jutant General Moody's conduct of the
adjutant general's department, are
Representative Givens and Feather
stone; Senators Nelson and Witty and
Representative Hoff. The first four
are republicans and the last named
a democrat.
Representative Young, republican
of Ada county, came to the rescue of
Representative Moody, Tuesday, when
he sought to have the following reso
lution adopted: "that the state af
fairs committee request the presence
of former Governor Alexander and
C. S. Moody, if they so desire, to at
tend the meeting of the committee
while said committee is investigating
the department of the adjutant gen
eral of the state of Idaho." His mo
tion lost.
Young said the purpose he had was
to show the republican majority did
not desire to override the democratic
minority in any investigation to be
In speaking for it Mr.
Declarations of intentions of citizen
ship were filed in the district court
by Joseph Sanaria of Potlatch, a sub
ject of Italy, also by Tony* Valorg
of Potlatch, a subject of Austria. Ow
ing to chaosic conditions of govern
ment Judge Nelson was uncertain as
to whom the declarant should an
nounce allegience, but concluded that
if it was made to the present govern
ment of Austria such recommendation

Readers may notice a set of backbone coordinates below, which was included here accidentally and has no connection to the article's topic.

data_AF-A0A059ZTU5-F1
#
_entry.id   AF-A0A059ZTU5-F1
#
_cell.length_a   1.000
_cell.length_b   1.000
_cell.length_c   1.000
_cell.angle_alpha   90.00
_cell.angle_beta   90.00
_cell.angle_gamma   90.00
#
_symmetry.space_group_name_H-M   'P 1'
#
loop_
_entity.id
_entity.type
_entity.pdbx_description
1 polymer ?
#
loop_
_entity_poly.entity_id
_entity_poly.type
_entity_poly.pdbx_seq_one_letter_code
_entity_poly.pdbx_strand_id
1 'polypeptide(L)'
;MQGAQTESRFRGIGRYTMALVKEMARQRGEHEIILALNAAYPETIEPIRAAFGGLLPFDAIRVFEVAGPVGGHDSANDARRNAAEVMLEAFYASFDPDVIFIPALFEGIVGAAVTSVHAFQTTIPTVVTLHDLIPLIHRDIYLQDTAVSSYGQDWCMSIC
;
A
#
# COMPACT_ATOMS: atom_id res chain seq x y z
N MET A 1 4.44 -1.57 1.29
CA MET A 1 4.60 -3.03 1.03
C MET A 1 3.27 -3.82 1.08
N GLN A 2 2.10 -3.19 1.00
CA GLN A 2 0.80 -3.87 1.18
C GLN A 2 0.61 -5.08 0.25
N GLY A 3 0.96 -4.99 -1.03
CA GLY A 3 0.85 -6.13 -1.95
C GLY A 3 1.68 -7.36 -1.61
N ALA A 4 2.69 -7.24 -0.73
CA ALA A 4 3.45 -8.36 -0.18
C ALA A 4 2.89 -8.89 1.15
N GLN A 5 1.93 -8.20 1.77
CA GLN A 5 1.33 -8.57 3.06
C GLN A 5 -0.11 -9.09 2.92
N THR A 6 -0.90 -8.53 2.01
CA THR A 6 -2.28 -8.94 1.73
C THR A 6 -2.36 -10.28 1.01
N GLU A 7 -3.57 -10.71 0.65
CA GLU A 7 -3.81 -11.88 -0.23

would satisfy the federal department
of naturalization.
Frank Howard Van Syke of Moscow,
Idaho, has been granted citizenship
by Judge Steel. Mr. Van Syke was
born in America but immigrated to
Canada and became a citizen there
thus it required the same steps as any
foreigner to again become a citizen
of the United States.
BOISE.—There were nineteen bills
introduced into the Idaho house of
representatives, Tuesday, which made
a record for the sesion which was
also remarkable in that the house
spent more time in legislative delib
eration than any day since it started.
The committee of agriculture was
the author of a bill which would pro
vide an ad valorum tax in an effort
to raise $50,000 for the use of the
committee. New methods of receiv
ing and awarding state highway con
tracts are sought in house bill No.
76 while damage to highways caused
by live stock would be penalized.
Both women members of the house
joined in a measure providing that
an eight hour day should constitute
a day's work for women. Representa
tive Greenwood would make it pos
sible for the people themselves to